Wednesday, December 21, 2005

Playing Poker for a Living - Keep your day job

Playing poker for a living looks exciting and glamorous, and seems like a dream job. With the fame and fortune that goes along with winning televised poker tournaments, more and more players World Poker Tour dream about becoming a professional player. Here’s a word to the wise: Keep your day job. Everything is not always as it appears.

Those who make a career out of playing poker do so because it seems like a better job than most. Far and away the best thing about being a poker player is that it provides you freedom to be your own boss and work your own hours. To be successful, you have to have real talent, a driving desire World Series of Poker to constantly improve, and a great passion to play (which in my mind should be the most important factor in your decision). And I don’t mean like to play poker, I mean love to play poker. If you don’t love to play, you won’t be happy, and it won’t matter how successful you are.

The legendary Johnny Moss (three-time world champion and inaugural inductee into the Poker Hall of Fame) once said this about playing poker: “It’s a hard way to make an easy living.” That is so true. I used to love to talk to Moss about when he played on the road in the old days. He told me, “Beating the games was the easiest thing to do. The toughest part was getting out of town with the money. You had to dodge the robbers, the cheats, and the cops.” Luckily, poker has passed that era.

Fortunately, those who play tournaments today don’t have to go on the road to play, other than to the finest casino properties in the world. And, yes, most big events pay a million dollars or more to the winner. It is a great life for those who win. The problem is that most don’t. Stress and frustration come into play Texas Holdem for the vast majority. In poker, everyone has to deal with adversity, especially on the tournament trail. Winning tournaments is very difficult to do. Being able to handle defeat regularly takes a special kind of person, and support from loved ones. You have to be mentally tough to handle it.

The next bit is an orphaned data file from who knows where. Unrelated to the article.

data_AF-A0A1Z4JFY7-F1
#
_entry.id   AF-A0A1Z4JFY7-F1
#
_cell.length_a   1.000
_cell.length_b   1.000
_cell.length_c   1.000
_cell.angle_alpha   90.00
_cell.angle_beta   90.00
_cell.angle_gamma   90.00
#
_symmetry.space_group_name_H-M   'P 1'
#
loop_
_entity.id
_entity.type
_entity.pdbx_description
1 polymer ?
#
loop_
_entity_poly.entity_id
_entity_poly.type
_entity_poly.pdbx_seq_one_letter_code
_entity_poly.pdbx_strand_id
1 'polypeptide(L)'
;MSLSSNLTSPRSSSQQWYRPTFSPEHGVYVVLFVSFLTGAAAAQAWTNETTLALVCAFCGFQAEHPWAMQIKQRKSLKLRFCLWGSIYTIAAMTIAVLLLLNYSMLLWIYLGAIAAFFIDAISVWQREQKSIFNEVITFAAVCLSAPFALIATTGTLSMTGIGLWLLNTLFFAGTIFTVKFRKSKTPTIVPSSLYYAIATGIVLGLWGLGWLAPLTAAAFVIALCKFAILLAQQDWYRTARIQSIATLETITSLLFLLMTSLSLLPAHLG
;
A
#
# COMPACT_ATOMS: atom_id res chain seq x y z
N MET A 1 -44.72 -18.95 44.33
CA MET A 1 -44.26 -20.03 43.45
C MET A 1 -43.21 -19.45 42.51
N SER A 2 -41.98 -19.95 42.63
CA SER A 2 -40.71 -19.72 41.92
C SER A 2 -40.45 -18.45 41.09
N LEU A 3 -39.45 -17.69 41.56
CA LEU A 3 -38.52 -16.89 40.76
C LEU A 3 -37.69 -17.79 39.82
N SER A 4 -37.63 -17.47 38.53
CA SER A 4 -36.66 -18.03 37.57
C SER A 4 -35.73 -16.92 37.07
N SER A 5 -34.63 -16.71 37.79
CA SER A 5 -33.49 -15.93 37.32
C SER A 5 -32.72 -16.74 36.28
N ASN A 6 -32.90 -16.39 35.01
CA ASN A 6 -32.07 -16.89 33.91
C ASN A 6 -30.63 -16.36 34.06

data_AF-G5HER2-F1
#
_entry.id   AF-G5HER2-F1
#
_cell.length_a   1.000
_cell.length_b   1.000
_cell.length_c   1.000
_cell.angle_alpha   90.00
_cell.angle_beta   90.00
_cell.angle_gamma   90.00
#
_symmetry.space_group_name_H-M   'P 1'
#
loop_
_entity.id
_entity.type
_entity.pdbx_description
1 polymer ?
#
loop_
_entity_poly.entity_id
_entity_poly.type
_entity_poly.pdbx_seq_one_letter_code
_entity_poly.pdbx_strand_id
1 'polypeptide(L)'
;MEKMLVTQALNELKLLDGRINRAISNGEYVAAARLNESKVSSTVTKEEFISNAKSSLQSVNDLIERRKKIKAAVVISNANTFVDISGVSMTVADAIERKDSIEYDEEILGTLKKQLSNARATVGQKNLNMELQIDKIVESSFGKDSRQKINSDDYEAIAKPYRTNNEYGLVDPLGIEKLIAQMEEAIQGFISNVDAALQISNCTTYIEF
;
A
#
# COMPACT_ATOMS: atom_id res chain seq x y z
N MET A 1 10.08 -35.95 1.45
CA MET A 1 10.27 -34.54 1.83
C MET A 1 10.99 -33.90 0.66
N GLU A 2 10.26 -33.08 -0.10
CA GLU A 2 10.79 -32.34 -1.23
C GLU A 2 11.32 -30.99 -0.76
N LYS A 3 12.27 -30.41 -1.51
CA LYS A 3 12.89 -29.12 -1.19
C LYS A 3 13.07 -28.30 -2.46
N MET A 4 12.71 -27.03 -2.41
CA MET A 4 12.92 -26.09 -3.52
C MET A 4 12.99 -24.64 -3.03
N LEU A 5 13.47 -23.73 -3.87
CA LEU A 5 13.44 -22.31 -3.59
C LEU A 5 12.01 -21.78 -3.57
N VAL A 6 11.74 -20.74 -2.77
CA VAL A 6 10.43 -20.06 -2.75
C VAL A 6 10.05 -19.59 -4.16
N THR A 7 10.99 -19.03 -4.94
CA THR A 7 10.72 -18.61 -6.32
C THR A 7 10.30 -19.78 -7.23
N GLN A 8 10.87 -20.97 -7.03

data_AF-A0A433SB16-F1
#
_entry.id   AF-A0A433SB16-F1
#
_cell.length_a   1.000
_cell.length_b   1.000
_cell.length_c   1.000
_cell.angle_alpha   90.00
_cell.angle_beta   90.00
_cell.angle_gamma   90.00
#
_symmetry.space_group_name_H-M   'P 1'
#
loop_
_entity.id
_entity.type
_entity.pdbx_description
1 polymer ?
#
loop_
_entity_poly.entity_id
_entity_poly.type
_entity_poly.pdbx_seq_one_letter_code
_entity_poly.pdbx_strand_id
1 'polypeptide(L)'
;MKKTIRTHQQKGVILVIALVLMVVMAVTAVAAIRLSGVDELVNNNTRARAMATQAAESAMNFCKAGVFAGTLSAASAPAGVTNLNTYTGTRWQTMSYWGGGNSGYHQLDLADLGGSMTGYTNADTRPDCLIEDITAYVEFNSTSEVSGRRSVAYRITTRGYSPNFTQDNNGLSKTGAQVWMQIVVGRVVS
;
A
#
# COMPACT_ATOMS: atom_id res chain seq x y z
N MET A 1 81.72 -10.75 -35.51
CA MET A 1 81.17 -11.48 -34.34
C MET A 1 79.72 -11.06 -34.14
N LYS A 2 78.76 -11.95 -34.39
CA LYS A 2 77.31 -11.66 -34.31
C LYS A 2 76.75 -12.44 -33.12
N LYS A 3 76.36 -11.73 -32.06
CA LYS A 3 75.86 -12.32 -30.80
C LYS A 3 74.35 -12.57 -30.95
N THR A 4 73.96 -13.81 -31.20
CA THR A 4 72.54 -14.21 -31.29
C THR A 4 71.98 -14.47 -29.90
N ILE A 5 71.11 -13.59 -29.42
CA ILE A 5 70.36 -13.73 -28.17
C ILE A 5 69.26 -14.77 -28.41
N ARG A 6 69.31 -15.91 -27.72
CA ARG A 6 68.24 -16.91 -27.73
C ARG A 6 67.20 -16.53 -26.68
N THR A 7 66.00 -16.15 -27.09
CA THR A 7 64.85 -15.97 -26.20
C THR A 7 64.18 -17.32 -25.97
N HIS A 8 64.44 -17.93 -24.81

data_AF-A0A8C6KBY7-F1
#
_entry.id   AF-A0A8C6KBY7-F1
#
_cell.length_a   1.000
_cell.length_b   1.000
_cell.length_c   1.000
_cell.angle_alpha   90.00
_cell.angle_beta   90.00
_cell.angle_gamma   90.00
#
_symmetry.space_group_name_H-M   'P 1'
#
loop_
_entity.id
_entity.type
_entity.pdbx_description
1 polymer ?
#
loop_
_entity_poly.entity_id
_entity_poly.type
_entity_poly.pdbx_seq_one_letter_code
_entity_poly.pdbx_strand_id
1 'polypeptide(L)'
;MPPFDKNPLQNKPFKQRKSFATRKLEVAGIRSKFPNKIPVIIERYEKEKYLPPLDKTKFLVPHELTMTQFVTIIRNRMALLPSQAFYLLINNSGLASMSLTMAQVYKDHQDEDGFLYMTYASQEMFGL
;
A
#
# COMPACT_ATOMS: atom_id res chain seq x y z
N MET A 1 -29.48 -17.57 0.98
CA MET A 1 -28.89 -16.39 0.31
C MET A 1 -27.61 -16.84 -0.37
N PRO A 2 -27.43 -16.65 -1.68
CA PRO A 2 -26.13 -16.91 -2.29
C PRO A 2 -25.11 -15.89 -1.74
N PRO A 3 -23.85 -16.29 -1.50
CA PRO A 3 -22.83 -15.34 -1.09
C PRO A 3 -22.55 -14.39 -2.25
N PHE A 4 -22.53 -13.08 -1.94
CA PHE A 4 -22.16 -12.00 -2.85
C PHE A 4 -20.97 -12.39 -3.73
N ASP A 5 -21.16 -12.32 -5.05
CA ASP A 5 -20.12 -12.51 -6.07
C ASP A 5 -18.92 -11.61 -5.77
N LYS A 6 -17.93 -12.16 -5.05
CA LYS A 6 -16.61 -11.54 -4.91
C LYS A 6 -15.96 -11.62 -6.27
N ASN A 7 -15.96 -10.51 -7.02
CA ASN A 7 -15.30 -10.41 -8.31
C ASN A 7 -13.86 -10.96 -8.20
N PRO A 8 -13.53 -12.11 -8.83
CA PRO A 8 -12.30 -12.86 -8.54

Perhaps the most underrated skill in playing poker for a living is money management. This could well be more important than being an outstanding player. A C+ player who is an A+ money manager will have more money at the end of the year than a much better player who is a poor money manager. You might be an A+ player, but if you’re a D or F money manager, you will never have money. And if you have any bad habits, such as playing in the pit, betting horses, betting sports, doing drugs, drinking, or whatever, you have very little chance to succeed. And one bad habit is all it takes.

I can attest to the fact that one bad habit is all it takes. I’ve had only one in my life (betting on sports), but it kept me under financial stress for 20 years. On the weekends, when the poker games were the best in Las Vegas, I preferred watching football to playing poker. And if I was playing, I was watching the TV screens rather than focusing on my game. Thus, I paid a double penalty: I lost on sports and missed out on valuable earning potential in poker.

Sadly, most of the top poker players, certainly the high-stakes players, are gamblers by nature. Most of them love action. They like to bet on sports, the horses, and golf, and some like to play in the pit. This results in mental stress from being broke, borrowing money, and getting staked when they do play (meaning they can win only half of what they should be making). And they can borrow money only if they’re honorable, and get staked only if they’re recognized by their peers as being very good players.

The youngest inductee into the Poker Hall of Fame, and perhaps the most successful player of all time, is Chip Reese. He and I were talking one day about Stu Ungar. He agreed with me about Stuey’s unparalleled talent Texas Holdem Poker and abilities as a player. But, Chip then said the magic words to me: “Stuey’s problem was that he never understood the object of the game.” The object of the game is to increase your wealth, improve your lifestyle, and provide for your family.

I don’t want to discourage anyone who has terrific talent and the passion to become a professional poker player. Go for it if you so desire. I wish you all the best, but never fail to recognize how tough it really is.

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